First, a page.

shells

How has the industry changed since you started?

Its changed a lot – and thats because of computers and the internet. You no longer need to work in a studio as you can do everything from your desk in your bedroom – which is both good and bad as I personally miss the communication side of it. I also remember that when I started out i sent a lot of promotional work through the post/mail – now 90% of the work i send out is through emails and i’m really selective in terms of who i send work to via post/mail as the response isn’t as productive or as quick as an email.

What makes you excited about your business now?

The speed and the growth my work is taking and the fact that no day is ever the same – when you are freelance you really have to fight for your work and to me thats exciting. I’m excited by Twitter and the direct relationship you can have with your audience – you instantly know whats working and, most importantly not working based on the feedback you get. Social networking has really allowed my work to flourish and given me a place to put my work – each retweet, mention and like is conformation that I’m doing OK.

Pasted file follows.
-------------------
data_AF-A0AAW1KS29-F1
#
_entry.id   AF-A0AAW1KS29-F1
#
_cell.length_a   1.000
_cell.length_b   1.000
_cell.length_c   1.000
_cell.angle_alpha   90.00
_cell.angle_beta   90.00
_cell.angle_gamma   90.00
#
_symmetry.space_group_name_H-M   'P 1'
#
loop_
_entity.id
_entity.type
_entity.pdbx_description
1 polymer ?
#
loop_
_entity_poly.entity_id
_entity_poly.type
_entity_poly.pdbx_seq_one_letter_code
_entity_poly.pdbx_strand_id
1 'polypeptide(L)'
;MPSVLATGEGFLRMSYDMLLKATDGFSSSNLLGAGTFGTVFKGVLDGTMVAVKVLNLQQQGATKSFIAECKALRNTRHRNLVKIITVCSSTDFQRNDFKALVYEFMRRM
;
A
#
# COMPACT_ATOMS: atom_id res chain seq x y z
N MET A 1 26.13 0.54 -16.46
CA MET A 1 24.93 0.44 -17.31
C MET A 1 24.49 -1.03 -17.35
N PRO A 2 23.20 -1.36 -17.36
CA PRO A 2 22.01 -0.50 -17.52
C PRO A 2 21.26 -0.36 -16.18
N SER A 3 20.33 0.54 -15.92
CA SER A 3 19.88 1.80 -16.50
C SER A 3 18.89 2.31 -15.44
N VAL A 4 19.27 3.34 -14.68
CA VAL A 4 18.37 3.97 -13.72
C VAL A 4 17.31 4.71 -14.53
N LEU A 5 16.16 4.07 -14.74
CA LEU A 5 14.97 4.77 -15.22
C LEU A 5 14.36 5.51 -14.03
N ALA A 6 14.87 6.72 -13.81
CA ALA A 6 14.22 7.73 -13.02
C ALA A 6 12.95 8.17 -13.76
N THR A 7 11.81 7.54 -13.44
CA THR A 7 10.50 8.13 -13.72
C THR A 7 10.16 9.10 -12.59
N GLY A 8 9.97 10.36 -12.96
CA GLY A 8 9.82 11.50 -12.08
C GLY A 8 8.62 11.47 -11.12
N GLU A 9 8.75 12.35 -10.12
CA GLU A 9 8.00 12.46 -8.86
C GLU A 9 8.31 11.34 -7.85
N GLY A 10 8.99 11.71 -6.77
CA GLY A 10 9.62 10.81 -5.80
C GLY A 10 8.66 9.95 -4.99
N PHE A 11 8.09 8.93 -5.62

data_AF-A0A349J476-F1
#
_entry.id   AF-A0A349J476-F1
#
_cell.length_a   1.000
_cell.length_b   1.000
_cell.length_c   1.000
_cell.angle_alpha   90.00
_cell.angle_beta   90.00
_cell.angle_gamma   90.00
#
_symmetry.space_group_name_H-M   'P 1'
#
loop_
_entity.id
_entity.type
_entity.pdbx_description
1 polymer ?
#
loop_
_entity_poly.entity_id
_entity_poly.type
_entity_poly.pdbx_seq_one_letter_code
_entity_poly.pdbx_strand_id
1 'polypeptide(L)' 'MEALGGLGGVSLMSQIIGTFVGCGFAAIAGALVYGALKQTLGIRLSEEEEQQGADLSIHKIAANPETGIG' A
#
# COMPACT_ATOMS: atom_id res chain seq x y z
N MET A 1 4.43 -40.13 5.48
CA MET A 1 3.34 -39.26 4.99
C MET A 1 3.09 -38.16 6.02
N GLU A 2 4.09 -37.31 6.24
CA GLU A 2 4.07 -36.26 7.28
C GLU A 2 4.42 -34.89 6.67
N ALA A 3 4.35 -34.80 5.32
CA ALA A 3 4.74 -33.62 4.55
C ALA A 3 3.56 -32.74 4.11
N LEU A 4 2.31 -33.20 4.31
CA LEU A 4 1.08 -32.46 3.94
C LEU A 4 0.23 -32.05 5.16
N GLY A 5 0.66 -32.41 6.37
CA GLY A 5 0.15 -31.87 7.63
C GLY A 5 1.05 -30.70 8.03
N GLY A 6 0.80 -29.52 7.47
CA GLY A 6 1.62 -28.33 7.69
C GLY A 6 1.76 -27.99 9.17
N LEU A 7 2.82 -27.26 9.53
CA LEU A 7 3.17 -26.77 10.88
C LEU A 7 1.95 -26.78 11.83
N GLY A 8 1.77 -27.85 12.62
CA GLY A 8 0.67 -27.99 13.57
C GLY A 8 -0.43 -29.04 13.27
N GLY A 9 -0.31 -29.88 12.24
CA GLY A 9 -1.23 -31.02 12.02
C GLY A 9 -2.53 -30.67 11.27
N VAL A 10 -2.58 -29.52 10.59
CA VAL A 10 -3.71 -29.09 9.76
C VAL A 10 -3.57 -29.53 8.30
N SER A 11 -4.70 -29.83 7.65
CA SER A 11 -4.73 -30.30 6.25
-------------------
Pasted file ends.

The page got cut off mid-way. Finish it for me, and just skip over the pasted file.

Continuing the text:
I’m also really excited by the unknown – you really never know whats around the corner as a designer and that the next email you receive could be the biggest job of your career.

What is your creative space like?

Because I live in a city centre flat I now work in my bedroom a lot as thats where my imac and desk is. I surround myself with books, postcards and print out of my favourite artists works as inspiration. I would love to share a studio space with group of creatives sometime in the near future.

squirrell 1

Which of your products is your favourite?